The firewall -- has the "magic" box lost its mojo?
May 3, 2016
Cybersecurity Requires Electrons
January 27, 2015
A few years ago, a good friend of mine went to work for a large software company whose name you would likely recognize (name omitted to protect the guilty). He was responsible for risk management and security, necessitated by a poor showing in a recent audit. He arrived to find some key equipment purchased to improve network security - sitting in boxes under a desk.
It seems there is now a term for unutilized or under-utilized security hardware - "shelfware". That fact that a term exists would tend to indicate that it is a common problem.
According to a recent study by Washington-based Osterman Research, published by TechTarget, spending per user on security software was up $35/user in 2014, but the majority of that extra spending was for software that "is either not working as well as it can or hasn't been used at all." I can say with reasonable assurance that most SMBs cannot afford to spend that amount of money on security hardware and software that does nothing for them.
It goes without saying that security hardware and software are not much good in the package. And yet, many organizations seem to think that just the purchase solves some of their problems. I suppose that if your goal is to show an auditor that you bought the correct things, there might be a small benefit. Otherwise, the money might be better spent on office supplies.
I believe a more prevalent variant of this problem exists, which I will call "defaultware". This involves buying security hardware, installing it with default settings, and then assuming it is helping. Whether or not this is true depends to some degree on the hardware. As a general rule, higher-end firewalls work reasonably out of the box, but most wireless access points do not. In any event, it is essential to take some time with each item of security hardware and software installed to know how it works, and to confirm the appropriate settings.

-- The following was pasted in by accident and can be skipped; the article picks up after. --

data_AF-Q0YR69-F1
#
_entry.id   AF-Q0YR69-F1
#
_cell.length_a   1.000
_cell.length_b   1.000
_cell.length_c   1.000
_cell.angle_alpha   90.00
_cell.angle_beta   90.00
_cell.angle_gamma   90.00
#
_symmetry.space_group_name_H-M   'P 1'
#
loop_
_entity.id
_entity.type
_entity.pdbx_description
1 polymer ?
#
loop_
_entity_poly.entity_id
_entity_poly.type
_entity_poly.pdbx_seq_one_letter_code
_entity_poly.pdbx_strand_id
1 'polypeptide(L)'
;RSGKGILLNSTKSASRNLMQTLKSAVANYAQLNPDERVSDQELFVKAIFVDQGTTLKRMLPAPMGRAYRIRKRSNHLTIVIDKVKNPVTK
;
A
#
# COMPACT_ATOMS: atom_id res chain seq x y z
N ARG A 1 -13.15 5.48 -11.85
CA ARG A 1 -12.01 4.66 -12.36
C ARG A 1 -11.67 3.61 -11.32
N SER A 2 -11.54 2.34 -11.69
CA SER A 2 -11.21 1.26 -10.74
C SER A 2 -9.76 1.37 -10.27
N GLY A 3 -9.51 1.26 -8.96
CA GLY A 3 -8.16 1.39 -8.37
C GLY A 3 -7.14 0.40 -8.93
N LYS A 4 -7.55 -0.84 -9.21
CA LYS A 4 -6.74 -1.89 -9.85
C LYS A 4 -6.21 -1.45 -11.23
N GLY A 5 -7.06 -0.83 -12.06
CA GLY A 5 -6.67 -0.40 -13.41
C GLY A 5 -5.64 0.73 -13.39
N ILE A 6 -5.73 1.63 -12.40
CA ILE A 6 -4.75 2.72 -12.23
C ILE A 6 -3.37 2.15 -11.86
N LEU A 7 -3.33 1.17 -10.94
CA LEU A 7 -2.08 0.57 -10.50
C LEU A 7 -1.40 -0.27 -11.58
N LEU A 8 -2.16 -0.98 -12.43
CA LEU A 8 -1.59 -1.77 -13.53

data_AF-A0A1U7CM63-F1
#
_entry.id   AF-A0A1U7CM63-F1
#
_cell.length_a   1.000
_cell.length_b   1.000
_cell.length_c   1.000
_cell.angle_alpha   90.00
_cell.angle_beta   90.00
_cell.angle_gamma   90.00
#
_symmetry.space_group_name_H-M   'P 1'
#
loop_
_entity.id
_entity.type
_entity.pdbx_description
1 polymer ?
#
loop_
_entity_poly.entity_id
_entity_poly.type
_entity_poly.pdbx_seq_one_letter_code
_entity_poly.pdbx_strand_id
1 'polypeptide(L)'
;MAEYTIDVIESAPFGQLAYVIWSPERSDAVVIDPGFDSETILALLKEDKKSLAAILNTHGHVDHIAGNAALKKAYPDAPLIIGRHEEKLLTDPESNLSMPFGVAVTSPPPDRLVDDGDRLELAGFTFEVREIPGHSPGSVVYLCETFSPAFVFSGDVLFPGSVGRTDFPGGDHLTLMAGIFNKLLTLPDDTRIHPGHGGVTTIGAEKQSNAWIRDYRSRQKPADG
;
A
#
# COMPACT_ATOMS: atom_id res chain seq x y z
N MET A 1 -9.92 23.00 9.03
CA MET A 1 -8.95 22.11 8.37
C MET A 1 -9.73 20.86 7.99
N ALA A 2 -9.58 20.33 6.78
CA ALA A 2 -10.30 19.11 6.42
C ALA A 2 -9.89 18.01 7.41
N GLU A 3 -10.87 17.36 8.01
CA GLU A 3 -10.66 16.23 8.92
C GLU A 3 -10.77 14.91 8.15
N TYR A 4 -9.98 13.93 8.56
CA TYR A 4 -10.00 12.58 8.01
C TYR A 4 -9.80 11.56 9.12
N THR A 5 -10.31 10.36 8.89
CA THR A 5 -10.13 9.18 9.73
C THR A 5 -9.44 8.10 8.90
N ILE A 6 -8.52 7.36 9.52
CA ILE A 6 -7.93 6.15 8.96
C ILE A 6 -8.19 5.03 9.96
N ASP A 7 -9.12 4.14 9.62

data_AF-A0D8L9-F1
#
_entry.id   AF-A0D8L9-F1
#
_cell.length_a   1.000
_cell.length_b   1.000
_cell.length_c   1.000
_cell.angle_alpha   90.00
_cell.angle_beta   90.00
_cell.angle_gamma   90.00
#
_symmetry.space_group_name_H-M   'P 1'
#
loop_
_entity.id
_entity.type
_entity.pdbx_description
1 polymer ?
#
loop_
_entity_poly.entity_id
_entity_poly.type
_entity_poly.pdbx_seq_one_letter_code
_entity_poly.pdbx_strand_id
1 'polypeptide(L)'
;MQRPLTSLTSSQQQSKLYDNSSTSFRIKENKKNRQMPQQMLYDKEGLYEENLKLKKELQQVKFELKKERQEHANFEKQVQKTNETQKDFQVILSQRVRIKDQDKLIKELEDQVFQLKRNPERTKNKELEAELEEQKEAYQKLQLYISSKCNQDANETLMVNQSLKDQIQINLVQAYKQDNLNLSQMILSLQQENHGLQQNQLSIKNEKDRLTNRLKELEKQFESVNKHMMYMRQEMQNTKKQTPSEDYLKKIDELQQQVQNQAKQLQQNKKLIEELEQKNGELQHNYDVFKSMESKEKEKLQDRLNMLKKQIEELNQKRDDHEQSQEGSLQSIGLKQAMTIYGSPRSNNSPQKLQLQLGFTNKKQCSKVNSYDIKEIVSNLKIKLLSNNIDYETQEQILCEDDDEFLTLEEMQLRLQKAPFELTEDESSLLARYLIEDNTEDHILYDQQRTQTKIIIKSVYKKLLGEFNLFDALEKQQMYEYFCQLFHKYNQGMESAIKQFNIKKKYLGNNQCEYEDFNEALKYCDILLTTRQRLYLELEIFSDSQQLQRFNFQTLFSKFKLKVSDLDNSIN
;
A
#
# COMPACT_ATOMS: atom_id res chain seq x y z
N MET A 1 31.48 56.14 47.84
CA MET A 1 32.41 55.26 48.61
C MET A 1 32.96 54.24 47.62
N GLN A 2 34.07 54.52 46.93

Why does "defaultware" exist? According to Michael Osterman, president of Osterman Research, it is often difficult for IT staff to convince management on the importance of focusing on security exposures. Management will buy to recommended hardware or software, but other priorities prevent focusing on fully using what was purchased. Based on my own experience, in many cases, the IT team stays so busy dealing with the problem of the moment, that they often do not have time to focus on the more esoteric details.
One solution suggested by the study is for SMBs to use cloud-based or managed services, that involve security hardware/software that someone outside assumes responsibility for. This may seem more expensive on the surface, but is cheap as compared to spending $33/user on items that are not working.
The bottom line is that cyber security risk is not something that any company, either large enterprise or SMB, can afford to ignore. As Osterman put it, "Cyber criminals are very active in developing new techniques. Bad guys are getting very sophisticated and well funded..." We in the SMB world must use every tool at our disposal in an effort to keep up, and this includes getting every dollar's worth out of our security purchases.